Using Permaculture Principles in Travel
GGT readers (and writers) are travelers of a certain caliber– upstanding members of a global society that share a love of culture, nature and the melding of the two. We embrace the world, we go out and enjoy it, and we want to keep it around as long as possible.
And that is why—after we give ourselves a quick pat on the back—we are all destined to take an interest in permaculture.
If you’re into organic gardening or eco-construction, you’ve probably already heard this term tossed around a time or two. But the problem folks often run into is that the definition of permaculture can be a bit slippery.
Defining Permaculture Principles
The problem is that there’s not a concrete set of instructions or circumstances from which permaculturalists work. Instead, there are permaculture principles. Or, as co-originator David Holmgren describes them, “thinking tools that, when used together, allow us to creatively re-design our environment and our behavior in a world of less energy and resources.”
Permaculture is about working efficiently with nature, not against it, by mimicking and enhancing its systems—plant, water, wind, sun, soil and so on—to help us create more abundant yields of sustainable food, energy, shelter and resources. If we take care of the earth, then the earth will take care of us. The answers come from cooperation rather than separation, which is what occurs with tractors, pesticides and the fast food lifestyle.
Practicing permaculture principles can be as grand as designing an entire waste-free, self-supporting village or as simple as growing an edible garden on your kitchen windowsill, and everything in between. That’s why it’s so hard to pin down. The term adapts to whatever it can principally use. In fact you, as a conscientious GGT reader, are likely already practicing permaculture in some form…
Examples of Permaculture in Action
I learned about permaculture while volunteering on farms throughout Central and South America. It seemed to be all the rage– a buzzword amongst up-and-coming farmers– but still largely elusive in meaning. Permaculture practitioners were up to all sorts of stuff:
- One guy was trying to set up an aquaponics system, which is a designed eco-system that creates a sustainable cycle: Fish provide plants with natural fertilizer, the plants clean the fish’s water, and people eat the plants and fish.
- One lady was into banana circles, in which a large hole is dug and turned into a sunken compost heap that feeds a guild of crops (in this case, bananas, sweet potatoes and yucca), which in turn keep the heap full and the cycle going while people get all the food.
- One man was converting a five-acre property into a food forest, complete with ponds. He had gardens outside his kitchen, edible plant life everywhere, greenhouses with medicinal plants, sheep for wool (and manure), chickens for eggs (and manure), and quick-growth trees for firewood.
- People all over the world were looking for help with their eco-construction projects, including structures built from mud, from tires, from bags of dirt, even from repurposed plastic bottles.
What I quickly learned is that permaculture isn’t just some zany form of organic farming. It’s truly all over the map, and it more or less incorporates any successful effort to improve upon the way we coexist with nature and each other.
Permaculture may include far-reaching goals like sustainable energy and more simplistic tasks like mulching garden beds with yard clippings, so as not waste the resource (which is a soil replenisher in its own right), not to further stuff our landfills, not to expel more energy in clearing it away, not to let the soil in the garden dry out, not to need to weed so much, etc…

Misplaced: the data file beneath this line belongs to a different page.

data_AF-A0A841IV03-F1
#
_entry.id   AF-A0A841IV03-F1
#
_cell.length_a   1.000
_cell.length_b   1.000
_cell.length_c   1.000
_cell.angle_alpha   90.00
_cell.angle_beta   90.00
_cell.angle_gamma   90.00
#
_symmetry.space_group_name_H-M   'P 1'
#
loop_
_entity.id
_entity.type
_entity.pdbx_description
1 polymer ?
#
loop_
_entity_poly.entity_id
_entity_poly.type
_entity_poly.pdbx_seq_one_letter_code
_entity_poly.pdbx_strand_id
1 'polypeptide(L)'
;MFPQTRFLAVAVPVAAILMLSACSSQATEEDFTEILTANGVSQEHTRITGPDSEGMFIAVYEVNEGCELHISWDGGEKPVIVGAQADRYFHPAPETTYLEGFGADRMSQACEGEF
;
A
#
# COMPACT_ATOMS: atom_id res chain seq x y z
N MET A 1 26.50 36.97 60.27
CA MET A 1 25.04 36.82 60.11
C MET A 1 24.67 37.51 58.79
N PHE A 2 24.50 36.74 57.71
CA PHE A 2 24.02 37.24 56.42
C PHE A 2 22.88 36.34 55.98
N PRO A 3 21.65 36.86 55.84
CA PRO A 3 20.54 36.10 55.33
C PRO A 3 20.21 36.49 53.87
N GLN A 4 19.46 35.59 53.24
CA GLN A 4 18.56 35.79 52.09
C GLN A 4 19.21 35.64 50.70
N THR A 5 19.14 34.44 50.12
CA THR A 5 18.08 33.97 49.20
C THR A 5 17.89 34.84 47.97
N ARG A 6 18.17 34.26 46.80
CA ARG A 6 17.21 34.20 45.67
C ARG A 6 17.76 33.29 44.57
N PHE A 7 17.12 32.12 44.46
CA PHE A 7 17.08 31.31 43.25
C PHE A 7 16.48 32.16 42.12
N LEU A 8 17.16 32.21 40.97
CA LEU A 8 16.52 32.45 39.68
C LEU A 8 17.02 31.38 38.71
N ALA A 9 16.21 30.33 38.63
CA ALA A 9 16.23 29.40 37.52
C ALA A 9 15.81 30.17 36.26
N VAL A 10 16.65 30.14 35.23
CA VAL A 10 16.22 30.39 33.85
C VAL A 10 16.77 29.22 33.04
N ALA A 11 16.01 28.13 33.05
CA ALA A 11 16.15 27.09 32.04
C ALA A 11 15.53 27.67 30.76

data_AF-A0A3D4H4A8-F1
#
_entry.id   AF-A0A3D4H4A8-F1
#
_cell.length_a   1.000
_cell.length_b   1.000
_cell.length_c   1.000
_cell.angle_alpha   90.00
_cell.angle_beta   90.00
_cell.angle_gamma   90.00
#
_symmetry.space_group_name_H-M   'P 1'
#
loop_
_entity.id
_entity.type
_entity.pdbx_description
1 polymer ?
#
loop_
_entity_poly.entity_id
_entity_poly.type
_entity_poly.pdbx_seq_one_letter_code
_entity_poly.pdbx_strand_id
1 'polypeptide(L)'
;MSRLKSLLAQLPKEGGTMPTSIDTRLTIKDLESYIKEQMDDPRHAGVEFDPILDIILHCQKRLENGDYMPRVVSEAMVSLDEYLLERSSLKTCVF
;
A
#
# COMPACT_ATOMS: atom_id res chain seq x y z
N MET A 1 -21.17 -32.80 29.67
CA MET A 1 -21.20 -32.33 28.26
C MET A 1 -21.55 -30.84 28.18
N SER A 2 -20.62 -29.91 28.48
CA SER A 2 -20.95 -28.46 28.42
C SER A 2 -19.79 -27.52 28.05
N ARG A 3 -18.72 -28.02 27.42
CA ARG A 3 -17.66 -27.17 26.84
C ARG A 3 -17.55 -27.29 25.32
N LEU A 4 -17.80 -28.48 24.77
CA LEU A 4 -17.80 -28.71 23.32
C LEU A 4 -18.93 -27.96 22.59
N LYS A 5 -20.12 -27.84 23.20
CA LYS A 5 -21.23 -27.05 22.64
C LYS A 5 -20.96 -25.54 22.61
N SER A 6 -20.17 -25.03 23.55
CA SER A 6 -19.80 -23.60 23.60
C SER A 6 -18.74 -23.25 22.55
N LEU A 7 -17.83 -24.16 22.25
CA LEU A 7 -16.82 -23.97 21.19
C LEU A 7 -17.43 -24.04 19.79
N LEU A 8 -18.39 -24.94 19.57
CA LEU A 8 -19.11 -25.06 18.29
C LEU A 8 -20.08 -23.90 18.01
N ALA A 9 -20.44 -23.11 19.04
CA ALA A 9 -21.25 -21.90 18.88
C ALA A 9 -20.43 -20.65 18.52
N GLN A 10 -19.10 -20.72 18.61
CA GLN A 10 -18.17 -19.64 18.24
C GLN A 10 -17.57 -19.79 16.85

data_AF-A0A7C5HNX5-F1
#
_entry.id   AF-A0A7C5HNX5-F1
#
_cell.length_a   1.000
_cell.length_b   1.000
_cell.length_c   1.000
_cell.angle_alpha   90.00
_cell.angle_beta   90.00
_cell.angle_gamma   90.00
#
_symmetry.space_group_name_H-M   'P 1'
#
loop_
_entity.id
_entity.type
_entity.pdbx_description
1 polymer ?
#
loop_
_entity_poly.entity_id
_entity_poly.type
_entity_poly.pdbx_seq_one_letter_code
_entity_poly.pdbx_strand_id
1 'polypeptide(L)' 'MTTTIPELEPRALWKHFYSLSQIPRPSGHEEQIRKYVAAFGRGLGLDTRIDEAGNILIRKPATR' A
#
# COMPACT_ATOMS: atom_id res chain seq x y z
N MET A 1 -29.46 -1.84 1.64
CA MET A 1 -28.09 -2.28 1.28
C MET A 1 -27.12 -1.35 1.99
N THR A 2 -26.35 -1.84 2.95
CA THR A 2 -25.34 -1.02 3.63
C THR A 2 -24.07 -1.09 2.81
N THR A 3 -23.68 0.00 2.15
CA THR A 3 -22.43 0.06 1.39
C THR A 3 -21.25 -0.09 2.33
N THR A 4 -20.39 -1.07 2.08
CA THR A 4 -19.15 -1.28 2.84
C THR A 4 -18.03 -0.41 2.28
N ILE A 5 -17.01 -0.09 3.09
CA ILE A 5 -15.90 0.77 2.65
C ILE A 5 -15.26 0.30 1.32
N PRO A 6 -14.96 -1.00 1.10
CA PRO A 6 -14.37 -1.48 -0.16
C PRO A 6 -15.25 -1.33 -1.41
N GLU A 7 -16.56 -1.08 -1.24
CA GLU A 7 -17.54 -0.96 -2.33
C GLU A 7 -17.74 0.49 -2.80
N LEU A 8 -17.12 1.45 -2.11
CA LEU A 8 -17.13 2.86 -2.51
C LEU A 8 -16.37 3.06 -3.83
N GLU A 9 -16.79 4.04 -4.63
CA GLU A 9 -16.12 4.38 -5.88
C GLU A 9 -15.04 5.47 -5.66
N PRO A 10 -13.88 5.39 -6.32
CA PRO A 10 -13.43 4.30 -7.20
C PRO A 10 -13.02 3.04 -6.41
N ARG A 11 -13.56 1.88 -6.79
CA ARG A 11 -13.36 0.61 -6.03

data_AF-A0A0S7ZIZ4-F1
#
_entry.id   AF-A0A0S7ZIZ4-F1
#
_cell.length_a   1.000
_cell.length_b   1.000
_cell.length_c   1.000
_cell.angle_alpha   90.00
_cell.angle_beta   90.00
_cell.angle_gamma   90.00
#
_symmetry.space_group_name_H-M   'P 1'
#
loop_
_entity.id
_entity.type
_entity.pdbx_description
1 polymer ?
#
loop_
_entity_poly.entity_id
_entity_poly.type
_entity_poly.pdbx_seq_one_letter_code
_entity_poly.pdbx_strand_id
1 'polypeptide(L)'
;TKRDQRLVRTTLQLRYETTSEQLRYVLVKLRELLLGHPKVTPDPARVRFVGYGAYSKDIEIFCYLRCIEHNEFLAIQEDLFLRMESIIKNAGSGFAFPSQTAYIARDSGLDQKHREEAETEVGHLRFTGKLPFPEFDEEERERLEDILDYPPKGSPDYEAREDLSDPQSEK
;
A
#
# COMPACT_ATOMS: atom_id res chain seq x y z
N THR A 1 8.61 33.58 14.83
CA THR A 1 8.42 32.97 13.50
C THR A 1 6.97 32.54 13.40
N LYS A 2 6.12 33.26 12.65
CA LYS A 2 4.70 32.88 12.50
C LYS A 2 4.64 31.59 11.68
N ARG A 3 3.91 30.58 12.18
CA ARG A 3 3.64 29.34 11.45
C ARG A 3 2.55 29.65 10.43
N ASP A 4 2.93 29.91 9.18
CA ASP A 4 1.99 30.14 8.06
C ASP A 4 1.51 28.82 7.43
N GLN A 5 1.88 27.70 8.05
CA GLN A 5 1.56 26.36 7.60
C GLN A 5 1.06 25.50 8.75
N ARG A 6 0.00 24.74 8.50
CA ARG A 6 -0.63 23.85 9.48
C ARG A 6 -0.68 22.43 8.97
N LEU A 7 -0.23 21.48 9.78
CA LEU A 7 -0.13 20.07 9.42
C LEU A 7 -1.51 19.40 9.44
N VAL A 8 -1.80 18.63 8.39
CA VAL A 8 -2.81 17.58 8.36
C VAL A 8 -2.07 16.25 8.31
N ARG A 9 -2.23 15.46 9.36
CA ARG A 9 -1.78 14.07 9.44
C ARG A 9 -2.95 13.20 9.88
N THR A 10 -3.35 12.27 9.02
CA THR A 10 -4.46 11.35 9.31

The Deeper Meaning of Permaculture
Of course, these examples don’t explain exactly what permaculture practitioners do. But the why behind what they’re doing is as important as what they are doing. And, behind the whole grand design, the following ethics hold true.
The best way to describe permaculture– an abbreviation of “permanent culture” and “permanent agriculture”– is to discuss the three elements at its center, the crux of which will keep the planet (and us) alive and kicking rather than kicking our butts:
- Earth Care: Caring for the soil, waterways, air and animals, making sure that the earth remains healthy so that we, in turn, can be healthy.
- People Care: Looking out for ourselves and those around us, empowering each other to achieve more for the greater good rather than aggressively competing to gain more than we personally need.
- Fair Share: Practicing the art of distributing overabundance amongst our communities as well as back to nature, while learning what is appropriate to keep for ourselves.
In the end, permaculture becomes a way of living more than merely a way of growing food. What started as a curiosity during my travels has increasingly played a role in how I get from one place to the next, where I buy my food, and even what I use to brush my teeth.
What a Difference It All Makes
One of the primary tasks of the permaculturalist is to simply observe and interact with the environment; notice nuances such as where the water settles on a piece of property or how the sun passes over; and then design accordingly, utilizing as many facets as possible in as many ways as possible while creating as little damage as possible.
For example, with a banana circle, a large hole in the center catches water and organic debris to feed the surrounding plants. Digging the hole creates a soft circular row of soil around it to plant crops in. Sweet potatoes and compost provide nutrients like nitrogen for the soil. Yucca helps to keep the soil naturally tilled, but also intact. The banana trees create leaf fodder for the compost. The circular arrangement allows for more dense planting, which prevents weeds. All together, it forms habitats for pest control agents, such as bats, frogs and lizards. Then, humans can come in without destroying any of it, harvesting food and ensuring the tiny eco-system stays healthy.